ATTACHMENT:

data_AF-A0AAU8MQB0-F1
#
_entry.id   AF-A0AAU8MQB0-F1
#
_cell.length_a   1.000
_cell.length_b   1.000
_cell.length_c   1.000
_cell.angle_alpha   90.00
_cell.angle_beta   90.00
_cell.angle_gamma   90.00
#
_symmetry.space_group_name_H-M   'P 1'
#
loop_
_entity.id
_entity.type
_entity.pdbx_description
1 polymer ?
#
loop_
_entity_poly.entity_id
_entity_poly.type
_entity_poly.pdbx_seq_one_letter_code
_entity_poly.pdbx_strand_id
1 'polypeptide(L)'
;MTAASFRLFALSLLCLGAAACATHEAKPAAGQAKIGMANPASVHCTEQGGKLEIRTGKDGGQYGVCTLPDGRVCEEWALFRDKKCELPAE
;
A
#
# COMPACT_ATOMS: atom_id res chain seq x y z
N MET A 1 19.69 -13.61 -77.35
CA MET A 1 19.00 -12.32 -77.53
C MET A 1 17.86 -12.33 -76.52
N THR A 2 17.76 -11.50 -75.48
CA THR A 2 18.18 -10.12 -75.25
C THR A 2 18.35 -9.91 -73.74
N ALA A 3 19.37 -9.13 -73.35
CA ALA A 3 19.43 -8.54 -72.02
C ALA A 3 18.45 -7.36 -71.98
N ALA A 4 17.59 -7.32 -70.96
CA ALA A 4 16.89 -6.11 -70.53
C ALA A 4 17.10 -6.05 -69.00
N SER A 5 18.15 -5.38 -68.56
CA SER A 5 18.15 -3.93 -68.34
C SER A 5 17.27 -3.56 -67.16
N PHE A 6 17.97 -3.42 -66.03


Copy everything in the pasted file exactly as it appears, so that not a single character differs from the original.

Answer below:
data_AF-A0AAU8MQB0-F1
#
_entry.id   AF-A0AAU8MQB0-F1
#
_cell.length_a   1.000
_cell.length_b   1.000
_cell.length_c   1.000
_cell.angle_alpha   90.00
_cell.angle_beta   90.00
_cell.angle_gamma   90.00
#
_symmetry.space_group_name_H-M   'P 1'
#
loop_
_entity.id
_entity.type
_entity.pdbx_description
1 polymer ?
#
loop_
_entity_poly.entity_id
_entity_poly.type
_entity_poly.pdbx_seq_one_letter_code
_entity_poly.pdbx_strand_id
1 'polypeptide(L)'
;MTAASFRLFALSLLCLGAAACATHEAKPAAGQAKIGMANPASVHCTEQGGKLEIRTGKDGGQYGVCTLPDGRVCEEWALFRDKKCELPAE
;
A
#
# COMPACT_ATOMS: atom_id res chain seq x y z
N MET A 1 19.69 -13.61 -77.35
CA MET A 1 19.00 -12.32 -77.53
C MET A 1 17.86 -12.33 -76.52
N THR A 2 17.76 -11.50 -75.48
CA THR A 2 18.18 -10.12 -75.25
C THR A 2 18.35 -9.91 -73.74
N ALA A 3 19.37 -9.13 -73.35
CA ALA A 3 19.43 -8.54 -72.02
C ALA A 3 18.45 -7.36 -71.98
N ALA A 4 17.59 -7.32 -70.96
CA ALA A 4 16.89 -6.11 -70.53
C ALA A 4 17.10 -6.05 -69.00
N SER A 5 18.15 -5.38 -68.56
CA SER A 5 18.15 -3.93 -68.34
C SER A 5 17.27 -3.56 -67.16
N PHE A 6 17.97 -3.42 -66.03